A trending topic that seems to be on the radar of every business owner and executive around the world is leadership development, or so they say.
Pause for my eye roll.
If this were truly the case, companies wouldn’t be failing as horribly as they are at developing emerging leaders.
Now, I’m sure the majority of the people who read this are in agreement. For those of you who aren’t, instead of telling you that this problem exists and not explaining how I’ve come to this conclusion, let me break it down for you.
Business owners and executives know that they need to invest in developing people who have the potential to lead, manage, and supervise teams. After all, businesses are made up of people and people are the number one reason why businesses succeed or fail. Whether a business of 5 or 5,000, someone has to be in charge. Someone has to be the person to select, direct, motivate, and develop.
It’s ultimately the development of these select few that leads to success. Holy cow, pull up any article from a credible source on this topic and you will be inundated with statistics that prove that the teams with great leadership have a distinct advantage over the teams who have poor to mediocre leadership.
Business owners and executives also realize that work is a means to an end. Everyone does, for that matter. Side note – I feel like this idea always comes with a negative connotation, and that could not be more misunderstood or further from the truth. It’s fact. People don’t work forever. And they certainly can’t live forever. So in order to perpetuate success, the development of future leaders is absolutely imperative.
The fact of the matter is that we’ve lost our way. Somewhere in this leadership development discussion confusion has set in. Reflecting on recent conversations I’ve had with current business owners and executives, there’s one blatantly obvious reason that stands out to me: the blurred line between development and training.
Training does NOT equal development.
Training is transactional. And while it can lead to development, training and development are two separate entities.
Let’s make this a real-world example for a moment. It may be easier to understand. Take the gym, for instance. People hire a personal trainer to put them through training sessions. They attend these training sessions religiously but don’t see the results they initially set out to achieve. Why? Because the human element comes into play.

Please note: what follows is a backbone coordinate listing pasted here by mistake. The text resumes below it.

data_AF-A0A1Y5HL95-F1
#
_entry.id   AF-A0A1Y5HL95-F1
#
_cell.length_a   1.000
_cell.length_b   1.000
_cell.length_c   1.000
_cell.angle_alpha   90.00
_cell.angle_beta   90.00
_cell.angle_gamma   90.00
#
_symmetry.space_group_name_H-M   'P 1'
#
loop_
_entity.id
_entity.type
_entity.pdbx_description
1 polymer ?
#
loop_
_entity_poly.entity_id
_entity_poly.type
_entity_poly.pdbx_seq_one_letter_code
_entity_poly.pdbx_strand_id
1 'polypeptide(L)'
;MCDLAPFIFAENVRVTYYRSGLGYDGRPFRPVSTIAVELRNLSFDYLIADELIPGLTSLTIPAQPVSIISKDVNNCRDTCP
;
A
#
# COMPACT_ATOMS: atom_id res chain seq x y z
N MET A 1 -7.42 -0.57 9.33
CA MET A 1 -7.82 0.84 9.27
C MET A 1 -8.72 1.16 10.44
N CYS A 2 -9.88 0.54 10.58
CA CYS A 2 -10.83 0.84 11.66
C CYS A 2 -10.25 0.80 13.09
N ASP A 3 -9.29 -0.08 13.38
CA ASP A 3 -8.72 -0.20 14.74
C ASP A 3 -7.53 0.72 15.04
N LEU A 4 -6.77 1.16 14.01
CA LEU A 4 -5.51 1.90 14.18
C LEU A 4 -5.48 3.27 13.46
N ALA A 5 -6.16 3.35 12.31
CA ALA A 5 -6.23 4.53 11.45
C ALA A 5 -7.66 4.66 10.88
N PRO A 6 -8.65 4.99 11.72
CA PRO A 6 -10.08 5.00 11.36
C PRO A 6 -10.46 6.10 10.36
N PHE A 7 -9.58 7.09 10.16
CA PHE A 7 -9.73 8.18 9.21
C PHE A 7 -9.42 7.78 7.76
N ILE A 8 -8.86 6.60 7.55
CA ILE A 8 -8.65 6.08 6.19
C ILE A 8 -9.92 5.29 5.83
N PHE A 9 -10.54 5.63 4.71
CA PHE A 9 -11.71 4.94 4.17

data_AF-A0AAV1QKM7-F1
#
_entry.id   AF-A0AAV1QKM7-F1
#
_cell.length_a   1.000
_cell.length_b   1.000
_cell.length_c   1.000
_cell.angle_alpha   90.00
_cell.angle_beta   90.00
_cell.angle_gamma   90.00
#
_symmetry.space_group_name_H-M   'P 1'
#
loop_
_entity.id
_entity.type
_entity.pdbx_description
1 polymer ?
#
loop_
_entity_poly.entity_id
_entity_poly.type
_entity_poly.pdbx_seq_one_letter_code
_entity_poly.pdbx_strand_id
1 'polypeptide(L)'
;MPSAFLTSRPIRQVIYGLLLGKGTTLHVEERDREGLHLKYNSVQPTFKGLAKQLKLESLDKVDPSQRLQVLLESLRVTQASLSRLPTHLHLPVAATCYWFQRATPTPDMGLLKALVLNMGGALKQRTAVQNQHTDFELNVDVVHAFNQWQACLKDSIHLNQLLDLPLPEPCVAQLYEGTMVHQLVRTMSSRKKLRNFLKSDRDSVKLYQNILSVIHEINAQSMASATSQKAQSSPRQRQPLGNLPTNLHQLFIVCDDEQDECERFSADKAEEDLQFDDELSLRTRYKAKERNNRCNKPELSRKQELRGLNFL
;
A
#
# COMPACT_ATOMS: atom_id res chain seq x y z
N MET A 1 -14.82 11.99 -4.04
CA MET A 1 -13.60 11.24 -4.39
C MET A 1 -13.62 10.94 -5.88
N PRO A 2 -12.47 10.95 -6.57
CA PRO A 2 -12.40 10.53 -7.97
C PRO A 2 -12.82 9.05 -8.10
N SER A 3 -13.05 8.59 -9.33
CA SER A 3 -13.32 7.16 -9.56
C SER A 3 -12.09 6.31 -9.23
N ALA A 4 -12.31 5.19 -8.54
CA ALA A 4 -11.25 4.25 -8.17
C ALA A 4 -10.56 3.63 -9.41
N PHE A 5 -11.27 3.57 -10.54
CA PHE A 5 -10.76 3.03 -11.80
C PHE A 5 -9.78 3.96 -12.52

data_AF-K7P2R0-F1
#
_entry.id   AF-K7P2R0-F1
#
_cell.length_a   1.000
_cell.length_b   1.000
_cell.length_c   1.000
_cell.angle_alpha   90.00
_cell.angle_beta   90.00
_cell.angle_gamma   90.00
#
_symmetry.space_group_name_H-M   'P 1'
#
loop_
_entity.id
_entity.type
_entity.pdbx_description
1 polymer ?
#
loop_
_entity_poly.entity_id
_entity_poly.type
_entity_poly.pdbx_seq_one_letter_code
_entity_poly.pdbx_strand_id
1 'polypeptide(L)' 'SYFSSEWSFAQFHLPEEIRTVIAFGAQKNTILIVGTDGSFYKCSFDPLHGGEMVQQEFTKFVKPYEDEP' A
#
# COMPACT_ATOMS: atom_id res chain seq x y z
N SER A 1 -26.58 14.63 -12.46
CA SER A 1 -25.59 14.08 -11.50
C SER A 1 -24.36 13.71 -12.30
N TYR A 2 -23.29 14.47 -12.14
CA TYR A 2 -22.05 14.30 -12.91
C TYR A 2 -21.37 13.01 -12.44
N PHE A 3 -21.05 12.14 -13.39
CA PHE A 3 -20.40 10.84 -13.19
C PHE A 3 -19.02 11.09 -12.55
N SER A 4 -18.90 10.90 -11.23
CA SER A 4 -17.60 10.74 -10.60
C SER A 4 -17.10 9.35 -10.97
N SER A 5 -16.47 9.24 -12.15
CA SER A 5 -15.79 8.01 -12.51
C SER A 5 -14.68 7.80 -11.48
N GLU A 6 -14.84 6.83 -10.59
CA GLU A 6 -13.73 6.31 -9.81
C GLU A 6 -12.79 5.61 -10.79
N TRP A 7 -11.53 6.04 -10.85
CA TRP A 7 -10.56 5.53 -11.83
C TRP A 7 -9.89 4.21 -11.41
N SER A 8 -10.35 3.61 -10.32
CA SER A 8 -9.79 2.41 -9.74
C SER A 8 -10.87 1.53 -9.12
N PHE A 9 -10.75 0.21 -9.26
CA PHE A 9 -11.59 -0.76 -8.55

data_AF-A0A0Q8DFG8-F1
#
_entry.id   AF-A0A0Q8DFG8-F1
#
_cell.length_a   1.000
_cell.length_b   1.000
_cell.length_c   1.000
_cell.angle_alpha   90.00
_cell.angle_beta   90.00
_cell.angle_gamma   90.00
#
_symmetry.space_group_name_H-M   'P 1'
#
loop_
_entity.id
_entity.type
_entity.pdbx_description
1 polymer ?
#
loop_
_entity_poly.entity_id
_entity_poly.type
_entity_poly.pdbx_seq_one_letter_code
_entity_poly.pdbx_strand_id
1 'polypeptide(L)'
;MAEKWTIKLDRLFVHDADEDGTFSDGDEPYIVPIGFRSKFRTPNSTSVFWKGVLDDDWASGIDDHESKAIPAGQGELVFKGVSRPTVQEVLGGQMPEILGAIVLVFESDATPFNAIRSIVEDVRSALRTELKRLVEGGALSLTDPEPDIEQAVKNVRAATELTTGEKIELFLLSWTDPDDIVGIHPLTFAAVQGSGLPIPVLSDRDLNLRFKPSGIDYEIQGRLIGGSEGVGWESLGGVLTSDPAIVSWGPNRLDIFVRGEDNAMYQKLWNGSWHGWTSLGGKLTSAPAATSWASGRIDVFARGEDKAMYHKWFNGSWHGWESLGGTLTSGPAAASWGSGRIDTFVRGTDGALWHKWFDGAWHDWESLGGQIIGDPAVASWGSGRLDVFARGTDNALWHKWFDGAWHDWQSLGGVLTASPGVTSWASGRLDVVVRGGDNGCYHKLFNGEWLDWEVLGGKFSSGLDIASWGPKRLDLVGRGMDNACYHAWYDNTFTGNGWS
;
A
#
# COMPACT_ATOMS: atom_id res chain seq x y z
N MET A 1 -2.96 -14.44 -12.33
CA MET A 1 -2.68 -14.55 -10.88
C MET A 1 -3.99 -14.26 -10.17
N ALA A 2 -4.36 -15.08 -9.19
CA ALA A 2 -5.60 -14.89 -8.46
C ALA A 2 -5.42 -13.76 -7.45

It is possible that a variety of a combination of things happen. For example, you are not eating right, you are not sleeping enough, you are drinking too much, etc. The human element is exactly why trainers and dietitians tell you to keep a journal and write down EXACTLY what you eat and drink and when. It’s ultimately a lifestyle change.
My point is that training is a waste of time unless you are committed to all aspects of the development. The training session AND the outside-of-the-gym changes.
Development is linked to an outcome. One can read books, take classes, attend seminars, but unless the goal is linked to a specific outcome, these things are just training exercises. The problem with this is when these people are thrown into the real world and actions and decisions actually count, they are not prepared to execute.
There is a direct reflection between all of these “leadership programs” and the lack of leadership in today’s workplace. It’s not working! Adapting, making tough decisions, leading through chaos, and dealing with adversity – these are the issues leaders face. These skills are not genetic! They have to be developed and cultivated!
Quit the talking and stop the quick fixes. Leadership is about what happens after the perfect plan is drawn up.